Being an ASCP, a national certification, used to mean being at the top of the heap, the cream of the crop. But that was the old days. Now everything is so computerized it doesn't mean much anymore.

     "Well, I do have an opening as a phlebotomist in the outpatient lab," he said.

     That would mean taking blood in a small building across the street from the main hospital and used strictly for outpatient tests. Not even in the main hospital lab.

     "But I'm ASCP certified. I went to college four years for that."

     "Brooke, I understand. But let's face it, you've been out of the field for some time now. Being a tech just isn't what it used to be. It's largely drawing blood and turning on machines. A monkey could do it."

     I love guys, but they aren't the brightest of the species. It's just amazing that of the billions of sperm fighting their way upstream out there, it's usually the stupid ones that make it all the way to create the men. That's why I just don't knee the next guy that calls me "hot."

     So that's how it got to be 6 am on Monday morning, my alarm going off, and my sheets drenched from another night fighting off the estrogen monster. My new job was just waiting for me to arrive, bright eyed and bushy tailed.

     I’m not a morning person, but somehow I got dressed, in the only uniform I had left over from the old days. It was a little old fashioned, but I didn't want to invest in new ones until I actually started the job. I also had to wear my old white nurse’s shoes, which looked left over from the First World War, and white pantyhose so thick they they’d repel bullets.

My only concession to the new millennium was my earrings. I like earrings that say something more than "See I have holes in my ears." My favorite earrings are Lunch at the Ritz, very chic and reasonably priced. They make earrings for everything, so I have earrings that look like Chinese food takeout when I go to a Chinese restaurant, small pizzas for Italian food, burgers and fries for fast food. I have hair dryers and brushes for getting my hair cut, patriotic earrings for holidays, earrings with beach chairs and umbrellas for the beach, monkey earrings for when I'm just fooling around, even pit bull earrings for complaining. I have small earrings and others so large that I can only wear them for a few hours. In many cases, each of a set is different, but coordinated.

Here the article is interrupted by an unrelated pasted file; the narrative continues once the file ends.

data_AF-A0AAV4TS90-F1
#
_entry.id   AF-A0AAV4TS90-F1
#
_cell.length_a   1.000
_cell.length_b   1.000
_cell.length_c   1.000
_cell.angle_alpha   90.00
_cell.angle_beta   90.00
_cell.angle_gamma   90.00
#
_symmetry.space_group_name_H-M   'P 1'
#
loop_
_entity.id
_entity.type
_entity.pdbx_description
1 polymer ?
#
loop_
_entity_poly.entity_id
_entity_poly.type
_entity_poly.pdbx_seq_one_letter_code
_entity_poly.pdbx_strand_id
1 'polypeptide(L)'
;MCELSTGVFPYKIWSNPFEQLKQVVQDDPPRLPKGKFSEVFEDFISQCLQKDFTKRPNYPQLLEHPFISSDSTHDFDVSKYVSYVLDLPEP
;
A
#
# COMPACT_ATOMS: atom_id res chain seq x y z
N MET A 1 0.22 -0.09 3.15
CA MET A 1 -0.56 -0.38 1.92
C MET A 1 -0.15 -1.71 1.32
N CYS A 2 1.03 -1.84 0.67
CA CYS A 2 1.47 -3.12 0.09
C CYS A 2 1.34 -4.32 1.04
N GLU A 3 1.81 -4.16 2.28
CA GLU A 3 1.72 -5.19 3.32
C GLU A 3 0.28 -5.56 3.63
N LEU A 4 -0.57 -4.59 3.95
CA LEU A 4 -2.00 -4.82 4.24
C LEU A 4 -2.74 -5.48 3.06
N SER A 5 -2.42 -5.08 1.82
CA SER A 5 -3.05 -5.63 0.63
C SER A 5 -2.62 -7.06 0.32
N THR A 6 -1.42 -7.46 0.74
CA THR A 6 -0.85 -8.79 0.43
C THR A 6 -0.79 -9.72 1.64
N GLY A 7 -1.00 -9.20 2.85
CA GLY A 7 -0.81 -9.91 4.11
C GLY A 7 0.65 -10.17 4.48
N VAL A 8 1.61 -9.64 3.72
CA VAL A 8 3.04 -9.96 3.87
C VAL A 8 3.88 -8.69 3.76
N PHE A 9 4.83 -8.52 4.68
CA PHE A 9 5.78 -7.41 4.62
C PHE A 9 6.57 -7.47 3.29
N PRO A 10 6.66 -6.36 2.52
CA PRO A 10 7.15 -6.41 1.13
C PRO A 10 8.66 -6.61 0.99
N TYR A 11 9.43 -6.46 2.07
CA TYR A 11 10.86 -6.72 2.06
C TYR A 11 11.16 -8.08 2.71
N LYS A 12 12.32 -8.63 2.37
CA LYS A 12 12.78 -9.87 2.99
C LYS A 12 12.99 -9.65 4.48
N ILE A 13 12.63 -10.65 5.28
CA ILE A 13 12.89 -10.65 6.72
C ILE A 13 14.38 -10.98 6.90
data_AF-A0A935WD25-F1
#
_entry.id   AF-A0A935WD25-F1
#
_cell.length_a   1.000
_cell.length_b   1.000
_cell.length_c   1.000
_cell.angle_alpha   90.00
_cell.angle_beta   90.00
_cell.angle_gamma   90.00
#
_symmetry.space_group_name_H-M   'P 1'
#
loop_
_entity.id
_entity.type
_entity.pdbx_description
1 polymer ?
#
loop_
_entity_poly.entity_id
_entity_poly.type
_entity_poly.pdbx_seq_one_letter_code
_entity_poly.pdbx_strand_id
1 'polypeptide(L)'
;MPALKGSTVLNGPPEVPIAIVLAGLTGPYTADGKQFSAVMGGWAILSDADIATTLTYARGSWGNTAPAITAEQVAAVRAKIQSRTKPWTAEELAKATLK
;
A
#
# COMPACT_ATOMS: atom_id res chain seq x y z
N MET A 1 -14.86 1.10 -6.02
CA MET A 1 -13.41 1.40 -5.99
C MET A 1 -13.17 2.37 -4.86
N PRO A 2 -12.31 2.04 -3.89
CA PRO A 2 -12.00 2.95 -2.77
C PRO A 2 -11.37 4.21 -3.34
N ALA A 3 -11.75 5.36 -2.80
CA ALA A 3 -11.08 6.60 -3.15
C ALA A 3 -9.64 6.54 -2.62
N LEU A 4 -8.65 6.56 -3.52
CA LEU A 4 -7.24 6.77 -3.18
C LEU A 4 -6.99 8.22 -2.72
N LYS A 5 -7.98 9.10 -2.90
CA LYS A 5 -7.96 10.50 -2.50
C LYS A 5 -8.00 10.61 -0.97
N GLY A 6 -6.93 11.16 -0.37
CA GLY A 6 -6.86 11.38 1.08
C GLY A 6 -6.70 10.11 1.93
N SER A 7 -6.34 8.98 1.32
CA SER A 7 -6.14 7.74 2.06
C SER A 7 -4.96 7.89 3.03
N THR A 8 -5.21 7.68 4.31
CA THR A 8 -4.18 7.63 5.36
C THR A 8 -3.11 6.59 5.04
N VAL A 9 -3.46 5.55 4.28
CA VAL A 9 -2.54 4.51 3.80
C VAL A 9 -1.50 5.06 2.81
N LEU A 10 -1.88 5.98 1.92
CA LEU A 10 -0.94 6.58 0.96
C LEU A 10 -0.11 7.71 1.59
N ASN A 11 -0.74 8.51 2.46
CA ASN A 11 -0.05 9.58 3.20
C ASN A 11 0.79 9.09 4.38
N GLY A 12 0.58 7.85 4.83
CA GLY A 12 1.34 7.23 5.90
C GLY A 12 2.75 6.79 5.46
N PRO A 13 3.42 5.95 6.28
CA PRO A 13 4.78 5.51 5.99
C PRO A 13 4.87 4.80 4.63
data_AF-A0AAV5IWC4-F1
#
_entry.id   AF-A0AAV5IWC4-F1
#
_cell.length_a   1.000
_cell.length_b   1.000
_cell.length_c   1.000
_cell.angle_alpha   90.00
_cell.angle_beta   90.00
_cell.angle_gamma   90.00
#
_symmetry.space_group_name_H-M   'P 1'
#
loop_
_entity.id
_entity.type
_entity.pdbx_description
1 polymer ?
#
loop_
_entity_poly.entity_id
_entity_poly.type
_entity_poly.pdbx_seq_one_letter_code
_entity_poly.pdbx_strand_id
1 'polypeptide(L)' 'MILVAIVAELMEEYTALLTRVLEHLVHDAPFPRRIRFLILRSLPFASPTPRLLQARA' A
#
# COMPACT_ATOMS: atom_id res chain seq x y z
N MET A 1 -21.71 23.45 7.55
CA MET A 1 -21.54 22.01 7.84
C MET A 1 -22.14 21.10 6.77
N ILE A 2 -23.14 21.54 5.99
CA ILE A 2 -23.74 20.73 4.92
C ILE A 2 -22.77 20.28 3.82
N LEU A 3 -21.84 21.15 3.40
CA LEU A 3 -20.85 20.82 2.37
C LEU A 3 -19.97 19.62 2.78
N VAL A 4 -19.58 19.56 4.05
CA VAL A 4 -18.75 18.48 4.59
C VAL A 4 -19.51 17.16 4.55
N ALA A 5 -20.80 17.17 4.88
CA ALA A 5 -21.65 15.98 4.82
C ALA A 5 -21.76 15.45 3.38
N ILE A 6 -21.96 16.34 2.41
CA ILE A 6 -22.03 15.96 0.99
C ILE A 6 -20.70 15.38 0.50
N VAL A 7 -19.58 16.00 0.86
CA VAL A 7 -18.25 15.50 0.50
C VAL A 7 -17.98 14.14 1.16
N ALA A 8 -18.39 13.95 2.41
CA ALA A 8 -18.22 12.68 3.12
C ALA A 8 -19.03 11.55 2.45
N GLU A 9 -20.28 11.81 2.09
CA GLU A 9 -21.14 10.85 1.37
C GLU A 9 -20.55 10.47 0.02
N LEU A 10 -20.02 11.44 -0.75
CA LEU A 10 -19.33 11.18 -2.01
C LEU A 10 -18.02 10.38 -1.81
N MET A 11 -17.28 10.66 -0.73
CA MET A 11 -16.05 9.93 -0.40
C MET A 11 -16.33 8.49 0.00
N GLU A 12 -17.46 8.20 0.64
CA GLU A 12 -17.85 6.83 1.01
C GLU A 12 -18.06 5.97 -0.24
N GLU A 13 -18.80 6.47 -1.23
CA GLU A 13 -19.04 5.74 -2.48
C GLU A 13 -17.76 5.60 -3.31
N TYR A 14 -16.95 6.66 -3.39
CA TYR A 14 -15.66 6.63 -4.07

For this special day, I was thinking of wearing my Medi-Snack set – one gold encrusted thermometer and one rhinestone jeweled stethoscope – but decided on Health Care Snacker set instead. One looks like a white uniform with a red heart and two rows of rhinestones down the front. The other is a matching nurse's hat, also with a red heart but with one row of rhinestones. 

     So with my matronly uniform and shoes, and my cool earrings, I jumped into my car, an 8-year-old gray Toyota Corolla with pink pinstripes I added myself, and drove off to my first day at my new job.

     "Good morning," I said trying to be cheerful as I entered the lab.

Lipschitz did formal introductions last week when I filled out all my forms. Joan was the senior tech in the lab, a stunning blond who somehow made a uniform look like a tight-fitting toga. She took blood but also did some of the routine tests that were done there; more complicated tests were performed in the main hospital lab. Gail and Eileen worked over at the in-vitro lab next door, but they hung out in the outpatient lab a lot. A group of doctors lease the space for their fertility practice but the lab is managed by the hospital.

     "Morning." "Hi." "Hey, Brooke." That last from Joan.

     Jesus, did I feel out of place. I was standing there half awake in white matronly combat boots and an over-starched uniform, while they're all sparkly, wearing comfortable sneakers and colorful scrubs. Did I feel old. Maybe nobody would notice, I thought, if I talked fast and kept moving.

     "A beautiful day. I just love the view from here. Such a nice drive."  God, I sounded like a tourist. And maybe I was imagining things but everyone was looking down toward my shoes.

     "I'm ready to start. Just point me in the right direction."

     Amazingly, everything went smoothly that first morning, and most of the afternoon. Joan seemed to be a real sweetheart, and privately told me to wear sneakers from now on, get rid of the white stockings, and look for some modern uniforms. Because Joan was such a knockout, I took this as advice, not criticism, and didn't scratch out her eyes.